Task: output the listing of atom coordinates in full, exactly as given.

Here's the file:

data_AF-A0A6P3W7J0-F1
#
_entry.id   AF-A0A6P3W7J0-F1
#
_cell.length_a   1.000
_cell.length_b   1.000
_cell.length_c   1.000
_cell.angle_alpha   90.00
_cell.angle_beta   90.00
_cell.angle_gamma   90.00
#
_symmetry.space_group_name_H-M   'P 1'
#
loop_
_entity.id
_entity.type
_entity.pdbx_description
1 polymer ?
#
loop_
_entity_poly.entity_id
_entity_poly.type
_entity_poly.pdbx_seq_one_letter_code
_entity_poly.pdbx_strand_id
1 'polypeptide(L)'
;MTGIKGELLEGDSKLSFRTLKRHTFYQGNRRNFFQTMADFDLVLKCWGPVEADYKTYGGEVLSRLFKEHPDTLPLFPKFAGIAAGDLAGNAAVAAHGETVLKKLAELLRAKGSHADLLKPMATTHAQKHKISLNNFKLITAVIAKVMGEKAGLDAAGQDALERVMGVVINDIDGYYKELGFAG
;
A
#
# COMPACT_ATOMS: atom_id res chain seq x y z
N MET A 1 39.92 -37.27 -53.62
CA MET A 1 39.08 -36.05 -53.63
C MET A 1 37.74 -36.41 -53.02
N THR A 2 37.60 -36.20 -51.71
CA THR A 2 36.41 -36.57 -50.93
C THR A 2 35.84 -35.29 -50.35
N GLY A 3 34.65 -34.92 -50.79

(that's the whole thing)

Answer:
data_AF-A0A6P3W7J0-F1
#
_entry.id   AF-A0A6P3W7J0-F1
#
_cell.length_a   1.000
_cell.length_b   1.000
_cell.length_c   1.000
_cell.angle_alpha   90.00
_cell.angle_beta   90.00
_cell.angle_gamma   90.00
#
_symmetry.space_group_name_H-M   'P 1'
#
loop_
_entity.id
_entity.type
_entity.pdbx_description
1 polymer ?
#
loop_
_entity_poly.entity_id
_entity_poly.type
_entity_poly.pdbx_seq_one_letter_code
_entity_poly.pdbx_strand_id
1 'polypeptide(L)'
;MTGIKGELLEGDSKLSFRTLKRHTFYQGNRRNFFQTMADFDLVLKCWGPVEADYKTYGGEVLSRLFKEHPDTLPLFPKFAGIAAGDLAGNAAVAAHGETVLKKLAELLRAKGSHADLLKPMATTHAQKHKISLNNFKLITAVIAKVMGEKAGLDAAGQDALERVMGVVINDIDGYYKELGFAG
;
A
#
# COMPACT_ATOMS: atom_id res chain seq x y z
N MET A 1 39.92 -37.27 -53.62
CA MET A 1 39.08 -36.05 -53.63
C MET A 1 37.74 -36.41 -53.02
N THR A 2 37.60 -36.20 -51.71
CA THR A 2 36.41 -36.57 -50.93
C THR A 2 35.84 -35.29 -50.35
N GLY A 3 34.65 -34.92 -50.79